In Ethiopia, around 52 percent of the population lives in malaria risk areas; pneumonia remains the leading infectious cause of death among children under five; and the country has one of the highest neglected tropical disease burdens in Africa. The Southern Nations Nationalities and Peoples’ Region (SNNPR) has one of the highest malaria burdens in the country, accounting for 18 percent of total malaria cases reported nationally in 2019/2020. We work closely with the government to strengthen the health system, reduce the malaria burden and tackle poor child health indicators including pneumonia.
We will contribute to the sustained reduction of malaria in Wolaiyita zone of the Southern Nations, Nationalities, and Peoples' Region (SNNPR) in Ethiopia, by strengthening the management and technical capacity of the primary health care unit to maintain high coverage and the use of high impact anti-malaria interventions.
We undertook a study to develop an improved reference standard for counting respiratory rate through annotation software to help validate new automated pneumonia diagnostic aids for children under five.
We supported strengthening primary healthcare in Ethiopia to reduce preventable maternal and child deaths by supporting the implementation of the Government’s Health Sector Transformation Plan. The projecy aimed to improve the management and performance of Ethiopia’s health system, increase the sustainability and quality of service delivery across primary healthcare, improve households’ and communities’ health practices and health seeking behaviours and share learning to strengthen policies and practices.
We undertook trials of acute respiratory infection diagnostic aids (ARIDA) to determine if frontline health care workers in resource limited community settings and health facilities using respiratory rate counting aids are able to correctly assess and classify children under five with cough and/or difficulty breathing and explore the acceptability of these devices in this context.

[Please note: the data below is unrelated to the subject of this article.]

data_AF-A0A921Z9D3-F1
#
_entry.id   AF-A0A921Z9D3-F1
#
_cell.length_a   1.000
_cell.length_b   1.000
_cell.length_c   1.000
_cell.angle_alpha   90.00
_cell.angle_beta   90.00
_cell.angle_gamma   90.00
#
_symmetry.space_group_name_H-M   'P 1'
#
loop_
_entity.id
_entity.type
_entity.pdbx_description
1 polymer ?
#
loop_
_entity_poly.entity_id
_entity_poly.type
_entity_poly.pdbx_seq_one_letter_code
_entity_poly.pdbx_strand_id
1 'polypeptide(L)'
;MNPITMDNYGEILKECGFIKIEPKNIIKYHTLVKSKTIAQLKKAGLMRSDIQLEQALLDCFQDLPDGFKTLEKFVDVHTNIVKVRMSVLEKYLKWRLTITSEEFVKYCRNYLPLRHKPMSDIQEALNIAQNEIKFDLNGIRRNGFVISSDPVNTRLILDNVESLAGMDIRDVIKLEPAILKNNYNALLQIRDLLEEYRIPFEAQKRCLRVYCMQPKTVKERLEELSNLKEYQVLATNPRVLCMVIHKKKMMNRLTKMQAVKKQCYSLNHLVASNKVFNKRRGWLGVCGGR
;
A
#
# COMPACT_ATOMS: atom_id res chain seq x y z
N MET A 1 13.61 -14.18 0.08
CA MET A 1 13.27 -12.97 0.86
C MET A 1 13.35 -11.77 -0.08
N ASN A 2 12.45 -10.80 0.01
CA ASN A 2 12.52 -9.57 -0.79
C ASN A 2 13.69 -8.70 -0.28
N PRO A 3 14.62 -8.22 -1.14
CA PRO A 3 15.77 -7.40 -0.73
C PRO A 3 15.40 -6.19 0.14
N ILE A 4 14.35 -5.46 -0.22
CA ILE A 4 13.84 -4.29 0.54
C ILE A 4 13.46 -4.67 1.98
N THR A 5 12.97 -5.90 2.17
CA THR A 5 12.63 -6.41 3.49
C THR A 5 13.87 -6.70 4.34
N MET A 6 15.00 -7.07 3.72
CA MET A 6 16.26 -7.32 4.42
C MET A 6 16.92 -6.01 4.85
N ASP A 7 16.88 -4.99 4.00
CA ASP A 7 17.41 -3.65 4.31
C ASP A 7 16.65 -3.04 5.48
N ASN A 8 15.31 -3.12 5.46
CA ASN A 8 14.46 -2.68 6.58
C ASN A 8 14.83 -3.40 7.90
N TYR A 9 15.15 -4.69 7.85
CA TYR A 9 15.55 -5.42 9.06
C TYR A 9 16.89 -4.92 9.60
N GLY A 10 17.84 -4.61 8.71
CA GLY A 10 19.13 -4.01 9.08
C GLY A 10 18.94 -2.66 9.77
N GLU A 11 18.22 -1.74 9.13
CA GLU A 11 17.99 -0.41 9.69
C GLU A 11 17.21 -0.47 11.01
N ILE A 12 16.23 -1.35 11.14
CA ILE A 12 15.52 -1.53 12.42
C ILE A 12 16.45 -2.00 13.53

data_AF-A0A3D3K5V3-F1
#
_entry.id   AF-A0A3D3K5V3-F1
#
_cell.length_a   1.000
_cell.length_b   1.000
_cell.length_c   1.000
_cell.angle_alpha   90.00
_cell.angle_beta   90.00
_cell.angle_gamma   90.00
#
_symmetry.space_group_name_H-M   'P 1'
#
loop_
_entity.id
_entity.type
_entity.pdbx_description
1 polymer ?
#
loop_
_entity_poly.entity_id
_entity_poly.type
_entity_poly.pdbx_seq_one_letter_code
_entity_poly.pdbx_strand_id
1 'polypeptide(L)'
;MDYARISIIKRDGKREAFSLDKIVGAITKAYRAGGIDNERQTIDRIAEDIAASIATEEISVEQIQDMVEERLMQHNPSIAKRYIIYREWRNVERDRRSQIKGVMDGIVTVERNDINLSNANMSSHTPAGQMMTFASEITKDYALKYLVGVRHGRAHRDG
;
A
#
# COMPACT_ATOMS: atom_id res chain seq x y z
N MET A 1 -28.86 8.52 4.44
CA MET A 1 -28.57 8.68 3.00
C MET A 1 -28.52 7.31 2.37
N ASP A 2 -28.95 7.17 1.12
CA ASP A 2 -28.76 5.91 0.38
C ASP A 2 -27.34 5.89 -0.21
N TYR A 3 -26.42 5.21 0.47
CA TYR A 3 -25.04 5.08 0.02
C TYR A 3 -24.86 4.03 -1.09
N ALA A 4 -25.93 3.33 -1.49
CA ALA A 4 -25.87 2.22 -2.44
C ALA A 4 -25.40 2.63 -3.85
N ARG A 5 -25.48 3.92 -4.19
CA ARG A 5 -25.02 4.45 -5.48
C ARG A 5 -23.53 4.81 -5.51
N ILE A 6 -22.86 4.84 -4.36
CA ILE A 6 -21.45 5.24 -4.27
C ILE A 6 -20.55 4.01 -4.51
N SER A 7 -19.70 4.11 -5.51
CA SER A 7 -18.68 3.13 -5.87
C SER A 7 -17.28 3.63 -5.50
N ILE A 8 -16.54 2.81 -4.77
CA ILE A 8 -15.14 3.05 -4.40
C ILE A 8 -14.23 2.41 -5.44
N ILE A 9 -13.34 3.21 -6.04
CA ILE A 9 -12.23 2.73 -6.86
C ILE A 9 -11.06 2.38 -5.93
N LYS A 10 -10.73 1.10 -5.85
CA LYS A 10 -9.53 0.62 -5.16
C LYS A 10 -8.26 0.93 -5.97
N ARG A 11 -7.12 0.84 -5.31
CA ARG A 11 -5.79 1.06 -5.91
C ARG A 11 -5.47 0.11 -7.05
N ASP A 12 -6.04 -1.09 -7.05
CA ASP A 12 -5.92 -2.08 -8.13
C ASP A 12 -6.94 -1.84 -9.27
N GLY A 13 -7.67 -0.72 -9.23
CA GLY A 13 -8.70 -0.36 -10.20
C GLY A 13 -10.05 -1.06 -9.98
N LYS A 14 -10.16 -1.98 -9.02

The outcome of the project is to contribute to the reduction of the rate of new Podoconiosis cases through universal access to appropriate preventive and management health services, to less than one percent in districts where the project is active, by 2025.
In discussion with the Maternal, Child Health and Nutrition directorate of the Federal Ministry of Health, we are developing an action plan for the integrated management of newborn and childhood illnesses, focusing on pneumonia and diarrhoea, to support the existing newborn and child survival strategy and child health roadmap.
This study is taking place in Ethiopia and Uganda. It uses both qualitative and quantitative approaches and a case-control study design to explore the relationship between past SARS-CoV-2 infection and malaria risk.
Malaria Consortium has been implementing projects in Ethiopia since 2004 from our offices in Addis Ababa and Hawassa, with a focus on the Oromia region and Southern Nations, Nationalities and Peoples’ region (SNNPR). We support the Ethiopian government in its efforts to tackle three major public health issues: malaria, neglected tropical diseases (NTDs) and poor child health indicators such as pneumonia and febrile illness.
Alongside our programmes, we have facilitated forums to coordinate stakeholders’ efforts and streamline the technical assistance provided to national and regional programmes through mechanisms including the Coalition Against Malaria in Ethiopia and the Malaria Control Support Team’s Technical Advisory Committee as well as undertaking pioneering research projects with the support of the Ethiopian Public Health Institute and others.